UN says Israel must give up nuclear weapons in lopsided vote
Ukraine was absent from the vote after supporting the initial text.
View of the Israeli nuclear facility in the Negev Desert outside Dimona / (photo credit: JIM HOLLANDER / POOL / REUTERS)
The United Nations General Assembly affirmed that Israel must give up its nuclear weapons in a 149-6 vote taken on Wednesday.
An earlier version of the text was approved in the UNGA’s Fifth Committee in October with a 152-5 vote.
Ukraine had voted against Israel in the Fifth Committee, but this time around was absent from the proceedings after it had been criticized for standing against Israel.
Those who opposed the resolution were: Canada, Israel, Micronesia, Palau and the United States. Liberia, which had been absent from the vote in October, changed its position and opposed the text.
Another 26 countries, including India and many European states, abstained from the resolution which is part of an annual package of over 15 anti-Israel and pro-Palestinian texts the UNGA approves.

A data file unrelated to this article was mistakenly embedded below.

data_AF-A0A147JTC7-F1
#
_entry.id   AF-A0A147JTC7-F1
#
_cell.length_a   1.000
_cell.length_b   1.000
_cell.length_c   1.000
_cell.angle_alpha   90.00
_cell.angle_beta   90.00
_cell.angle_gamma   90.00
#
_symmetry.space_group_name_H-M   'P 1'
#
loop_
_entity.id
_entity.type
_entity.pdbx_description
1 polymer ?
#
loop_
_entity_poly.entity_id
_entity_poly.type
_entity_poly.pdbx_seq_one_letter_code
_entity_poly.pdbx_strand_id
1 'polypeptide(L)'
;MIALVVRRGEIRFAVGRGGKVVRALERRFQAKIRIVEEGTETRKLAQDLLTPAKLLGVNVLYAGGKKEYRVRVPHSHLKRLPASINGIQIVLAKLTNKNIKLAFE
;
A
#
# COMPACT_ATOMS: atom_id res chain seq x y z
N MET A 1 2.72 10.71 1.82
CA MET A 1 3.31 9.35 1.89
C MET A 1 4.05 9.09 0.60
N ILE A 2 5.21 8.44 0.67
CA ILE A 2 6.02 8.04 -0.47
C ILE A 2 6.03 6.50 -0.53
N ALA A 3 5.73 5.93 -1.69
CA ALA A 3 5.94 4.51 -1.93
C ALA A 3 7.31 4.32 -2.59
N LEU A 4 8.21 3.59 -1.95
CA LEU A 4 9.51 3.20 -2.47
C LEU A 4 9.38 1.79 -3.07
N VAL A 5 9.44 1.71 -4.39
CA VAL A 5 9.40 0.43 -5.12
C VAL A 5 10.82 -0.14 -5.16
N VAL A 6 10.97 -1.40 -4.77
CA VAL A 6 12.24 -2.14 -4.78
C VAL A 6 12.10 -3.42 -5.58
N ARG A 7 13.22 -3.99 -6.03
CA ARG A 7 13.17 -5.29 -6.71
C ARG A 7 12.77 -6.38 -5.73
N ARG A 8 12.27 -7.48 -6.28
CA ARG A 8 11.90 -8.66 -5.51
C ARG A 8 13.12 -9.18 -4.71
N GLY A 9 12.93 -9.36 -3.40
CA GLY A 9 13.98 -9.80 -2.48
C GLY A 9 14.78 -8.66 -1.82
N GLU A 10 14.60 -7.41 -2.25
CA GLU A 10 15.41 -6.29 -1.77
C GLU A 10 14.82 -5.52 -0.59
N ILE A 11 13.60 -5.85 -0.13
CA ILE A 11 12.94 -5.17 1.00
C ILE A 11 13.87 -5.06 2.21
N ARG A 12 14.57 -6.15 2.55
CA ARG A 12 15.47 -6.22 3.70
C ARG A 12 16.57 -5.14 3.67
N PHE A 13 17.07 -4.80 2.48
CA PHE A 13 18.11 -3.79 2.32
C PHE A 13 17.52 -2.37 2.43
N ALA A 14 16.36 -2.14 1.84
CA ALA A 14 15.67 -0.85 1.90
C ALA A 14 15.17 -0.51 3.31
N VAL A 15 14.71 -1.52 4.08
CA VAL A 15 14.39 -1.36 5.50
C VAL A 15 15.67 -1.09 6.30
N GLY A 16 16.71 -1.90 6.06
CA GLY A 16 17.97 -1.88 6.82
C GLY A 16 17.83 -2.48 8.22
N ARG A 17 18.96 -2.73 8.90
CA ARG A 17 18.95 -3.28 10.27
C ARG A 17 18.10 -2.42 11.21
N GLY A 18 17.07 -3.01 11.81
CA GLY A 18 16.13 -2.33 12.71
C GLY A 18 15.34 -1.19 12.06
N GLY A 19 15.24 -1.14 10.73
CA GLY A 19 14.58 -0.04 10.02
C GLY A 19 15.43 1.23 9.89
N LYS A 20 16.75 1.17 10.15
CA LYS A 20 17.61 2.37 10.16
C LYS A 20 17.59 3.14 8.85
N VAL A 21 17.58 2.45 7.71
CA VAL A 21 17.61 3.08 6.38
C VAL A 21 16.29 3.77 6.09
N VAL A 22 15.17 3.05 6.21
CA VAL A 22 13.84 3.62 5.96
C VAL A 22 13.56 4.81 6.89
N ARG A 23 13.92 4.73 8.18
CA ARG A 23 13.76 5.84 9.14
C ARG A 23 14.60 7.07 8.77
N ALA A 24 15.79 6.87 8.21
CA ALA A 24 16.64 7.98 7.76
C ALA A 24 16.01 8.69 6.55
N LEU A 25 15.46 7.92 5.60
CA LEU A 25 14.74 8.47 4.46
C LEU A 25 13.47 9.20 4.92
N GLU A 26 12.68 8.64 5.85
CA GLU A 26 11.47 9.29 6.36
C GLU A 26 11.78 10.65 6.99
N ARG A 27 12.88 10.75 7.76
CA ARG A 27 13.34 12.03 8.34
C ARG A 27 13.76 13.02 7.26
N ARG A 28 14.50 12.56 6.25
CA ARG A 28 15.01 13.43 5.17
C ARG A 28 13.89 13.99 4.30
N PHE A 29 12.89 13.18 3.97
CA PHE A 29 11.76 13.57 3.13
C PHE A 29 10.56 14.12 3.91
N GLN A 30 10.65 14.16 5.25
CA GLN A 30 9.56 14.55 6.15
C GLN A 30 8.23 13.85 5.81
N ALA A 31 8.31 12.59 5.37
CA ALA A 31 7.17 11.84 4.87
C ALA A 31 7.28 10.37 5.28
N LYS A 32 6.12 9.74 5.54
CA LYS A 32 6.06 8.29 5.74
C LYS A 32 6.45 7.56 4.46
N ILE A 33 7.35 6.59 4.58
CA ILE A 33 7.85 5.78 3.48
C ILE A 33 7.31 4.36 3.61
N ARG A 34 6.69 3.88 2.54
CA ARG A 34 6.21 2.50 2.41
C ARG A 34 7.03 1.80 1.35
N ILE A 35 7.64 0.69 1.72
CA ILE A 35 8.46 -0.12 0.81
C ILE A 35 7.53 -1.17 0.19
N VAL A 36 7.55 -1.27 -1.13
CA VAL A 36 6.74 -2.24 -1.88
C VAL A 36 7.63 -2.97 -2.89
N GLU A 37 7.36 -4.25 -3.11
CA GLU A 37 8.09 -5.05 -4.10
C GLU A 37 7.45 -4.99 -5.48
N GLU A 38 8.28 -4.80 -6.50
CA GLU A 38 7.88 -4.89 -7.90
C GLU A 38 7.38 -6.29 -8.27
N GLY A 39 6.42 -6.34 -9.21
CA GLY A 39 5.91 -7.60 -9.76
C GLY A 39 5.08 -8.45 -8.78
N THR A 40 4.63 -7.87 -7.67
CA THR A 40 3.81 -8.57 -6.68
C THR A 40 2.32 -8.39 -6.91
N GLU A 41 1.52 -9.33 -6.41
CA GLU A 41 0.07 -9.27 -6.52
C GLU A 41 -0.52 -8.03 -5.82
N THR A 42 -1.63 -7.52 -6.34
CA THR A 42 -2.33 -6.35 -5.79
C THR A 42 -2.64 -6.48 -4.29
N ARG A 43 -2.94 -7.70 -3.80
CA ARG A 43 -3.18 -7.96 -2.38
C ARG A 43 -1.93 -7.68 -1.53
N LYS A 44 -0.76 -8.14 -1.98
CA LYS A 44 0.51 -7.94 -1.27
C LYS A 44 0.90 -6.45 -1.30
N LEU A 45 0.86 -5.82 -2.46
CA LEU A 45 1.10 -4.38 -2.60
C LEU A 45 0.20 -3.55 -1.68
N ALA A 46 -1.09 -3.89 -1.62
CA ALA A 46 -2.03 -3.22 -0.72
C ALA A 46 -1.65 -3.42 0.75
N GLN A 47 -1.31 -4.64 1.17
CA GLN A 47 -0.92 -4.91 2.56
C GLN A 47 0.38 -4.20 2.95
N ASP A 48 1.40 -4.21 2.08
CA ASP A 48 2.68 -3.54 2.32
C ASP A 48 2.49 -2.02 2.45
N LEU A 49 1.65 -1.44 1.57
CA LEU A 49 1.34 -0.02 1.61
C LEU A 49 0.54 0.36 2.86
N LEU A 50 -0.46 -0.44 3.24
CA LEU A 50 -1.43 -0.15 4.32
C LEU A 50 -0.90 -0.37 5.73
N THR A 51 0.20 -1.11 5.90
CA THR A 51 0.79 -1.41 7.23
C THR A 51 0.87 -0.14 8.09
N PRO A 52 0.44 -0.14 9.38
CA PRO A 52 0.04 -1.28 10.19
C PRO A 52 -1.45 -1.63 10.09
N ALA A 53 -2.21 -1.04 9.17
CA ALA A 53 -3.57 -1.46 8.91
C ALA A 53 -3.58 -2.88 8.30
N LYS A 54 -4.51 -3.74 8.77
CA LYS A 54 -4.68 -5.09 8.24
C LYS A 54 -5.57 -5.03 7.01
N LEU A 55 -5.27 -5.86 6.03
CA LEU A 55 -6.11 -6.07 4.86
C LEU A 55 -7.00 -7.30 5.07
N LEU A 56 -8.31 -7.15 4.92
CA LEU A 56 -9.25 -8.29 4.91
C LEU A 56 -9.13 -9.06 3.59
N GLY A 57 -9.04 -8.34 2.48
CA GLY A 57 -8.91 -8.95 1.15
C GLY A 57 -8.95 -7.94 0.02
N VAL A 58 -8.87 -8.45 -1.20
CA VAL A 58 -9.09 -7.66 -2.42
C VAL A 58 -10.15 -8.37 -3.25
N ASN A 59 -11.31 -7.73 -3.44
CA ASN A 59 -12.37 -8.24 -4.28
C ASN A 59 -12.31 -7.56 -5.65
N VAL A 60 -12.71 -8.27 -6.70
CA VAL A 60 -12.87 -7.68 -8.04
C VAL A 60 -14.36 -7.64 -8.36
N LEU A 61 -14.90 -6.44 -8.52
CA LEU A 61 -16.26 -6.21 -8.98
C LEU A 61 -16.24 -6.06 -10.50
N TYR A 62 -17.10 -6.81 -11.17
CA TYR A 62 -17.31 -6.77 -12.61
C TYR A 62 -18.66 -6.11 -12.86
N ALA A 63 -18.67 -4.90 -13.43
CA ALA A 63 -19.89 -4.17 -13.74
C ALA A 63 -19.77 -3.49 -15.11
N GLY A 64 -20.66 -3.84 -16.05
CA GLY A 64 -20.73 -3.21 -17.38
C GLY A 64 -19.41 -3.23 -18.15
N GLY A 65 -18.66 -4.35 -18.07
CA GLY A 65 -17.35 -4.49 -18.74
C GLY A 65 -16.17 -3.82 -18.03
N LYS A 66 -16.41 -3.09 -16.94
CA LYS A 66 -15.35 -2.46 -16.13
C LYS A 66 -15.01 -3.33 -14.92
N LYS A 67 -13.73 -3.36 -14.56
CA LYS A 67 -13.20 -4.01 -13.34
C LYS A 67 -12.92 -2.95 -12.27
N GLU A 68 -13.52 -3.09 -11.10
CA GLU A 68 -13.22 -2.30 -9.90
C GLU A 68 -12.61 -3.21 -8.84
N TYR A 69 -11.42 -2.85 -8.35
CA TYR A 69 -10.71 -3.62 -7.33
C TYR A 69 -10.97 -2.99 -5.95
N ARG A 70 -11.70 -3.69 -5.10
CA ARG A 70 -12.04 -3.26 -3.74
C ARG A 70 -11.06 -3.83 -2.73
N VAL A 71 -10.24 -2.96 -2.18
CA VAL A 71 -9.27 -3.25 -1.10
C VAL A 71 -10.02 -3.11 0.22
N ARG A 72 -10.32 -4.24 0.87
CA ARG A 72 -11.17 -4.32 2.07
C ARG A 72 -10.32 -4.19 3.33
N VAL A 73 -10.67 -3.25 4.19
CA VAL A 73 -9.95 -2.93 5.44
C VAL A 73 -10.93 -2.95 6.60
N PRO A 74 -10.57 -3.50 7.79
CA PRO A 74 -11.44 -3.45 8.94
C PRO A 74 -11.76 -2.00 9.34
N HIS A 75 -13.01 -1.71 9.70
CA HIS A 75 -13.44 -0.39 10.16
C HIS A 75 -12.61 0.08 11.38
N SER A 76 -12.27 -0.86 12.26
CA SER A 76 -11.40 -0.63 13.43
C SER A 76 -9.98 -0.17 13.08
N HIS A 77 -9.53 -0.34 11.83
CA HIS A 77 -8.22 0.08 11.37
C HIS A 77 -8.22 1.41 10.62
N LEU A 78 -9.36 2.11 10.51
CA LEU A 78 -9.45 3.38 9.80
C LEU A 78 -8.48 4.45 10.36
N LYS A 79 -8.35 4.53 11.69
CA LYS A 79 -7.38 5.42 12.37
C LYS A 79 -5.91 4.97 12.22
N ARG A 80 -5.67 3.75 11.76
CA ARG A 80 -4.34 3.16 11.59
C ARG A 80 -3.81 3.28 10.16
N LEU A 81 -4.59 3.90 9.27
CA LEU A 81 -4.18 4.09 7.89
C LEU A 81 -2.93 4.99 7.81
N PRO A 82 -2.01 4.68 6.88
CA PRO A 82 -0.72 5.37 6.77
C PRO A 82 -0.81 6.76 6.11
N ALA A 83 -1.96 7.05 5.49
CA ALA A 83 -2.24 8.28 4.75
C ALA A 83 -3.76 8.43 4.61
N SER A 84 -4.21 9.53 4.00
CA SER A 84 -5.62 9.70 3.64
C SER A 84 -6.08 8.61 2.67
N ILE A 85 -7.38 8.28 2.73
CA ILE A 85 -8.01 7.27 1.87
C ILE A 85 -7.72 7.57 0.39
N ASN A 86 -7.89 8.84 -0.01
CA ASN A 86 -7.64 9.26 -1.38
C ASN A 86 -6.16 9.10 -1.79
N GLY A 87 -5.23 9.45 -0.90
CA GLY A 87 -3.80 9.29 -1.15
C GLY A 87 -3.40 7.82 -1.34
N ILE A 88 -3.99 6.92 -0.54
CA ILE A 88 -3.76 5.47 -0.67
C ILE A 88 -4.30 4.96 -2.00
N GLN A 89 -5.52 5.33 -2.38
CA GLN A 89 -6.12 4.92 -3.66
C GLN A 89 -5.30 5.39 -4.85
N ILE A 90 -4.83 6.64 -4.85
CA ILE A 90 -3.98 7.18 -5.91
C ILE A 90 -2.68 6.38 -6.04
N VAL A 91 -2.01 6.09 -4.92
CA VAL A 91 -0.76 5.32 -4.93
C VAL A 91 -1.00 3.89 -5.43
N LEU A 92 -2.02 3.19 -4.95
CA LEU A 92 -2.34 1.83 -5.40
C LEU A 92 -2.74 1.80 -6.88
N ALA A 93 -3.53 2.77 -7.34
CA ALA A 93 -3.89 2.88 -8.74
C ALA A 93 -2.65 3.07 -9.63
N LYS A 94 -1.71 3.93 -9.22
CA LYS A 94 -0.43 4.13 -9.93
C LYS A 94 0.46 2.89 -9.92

UN HIGH COMMISSIONER for Human Rights Michelle Bachelet makes a speech at the United Nations in Geneva, Switzerland, in February. (credit: DENIS BALIBOUSE/REUTERS)
Does Israel actually have nuclear weapons?
The Jewish state is believed to be the only one of nine countries to possess nuclear weapons and the only one in the region, even though it has never admitted to having such an arsenal.
The resolution presumes that Israel has such weapons. It calls on Israel to “not to develop, produce, test or others acquire nuclear weapons” and to “renounce possession of nuclear weapons.”
The resolution also called on Israel to accede to the Non-Proliferation of Nuclear Weapons treaty and to place “all its nuclear facilities under comprehensive International Atomic Energy safeguards.
Israel, along with India, Pakistan and South Sudan has not signed the treaty.
The resolution was put forward by the Palestinian Authority and 20 countries, including Israel’s allies in the Middle East such as Egypt, Jordan, Bahrain, Morocco, Sudan and the United Arab Emirates.
It was voted on just as Israel’s Ambassador to the UN Gilad Erdan and his Emirati counterpart are leading a joint mission of ambassadors to the UN on a visit to the Jewish state.
The resolution itself was part of a slew of dozens of texts that deal with the issue of nuclear weapons and nuclear proliferation, in which Israel at times opposed or abstained.
It was the only country to vote against a resolution calling for the establishment of a nuclear-free zone in the Middle East, a text that had the support of 175 out of the UN 193 nations.
Two countries obtained from that vote, the United States and Singapore.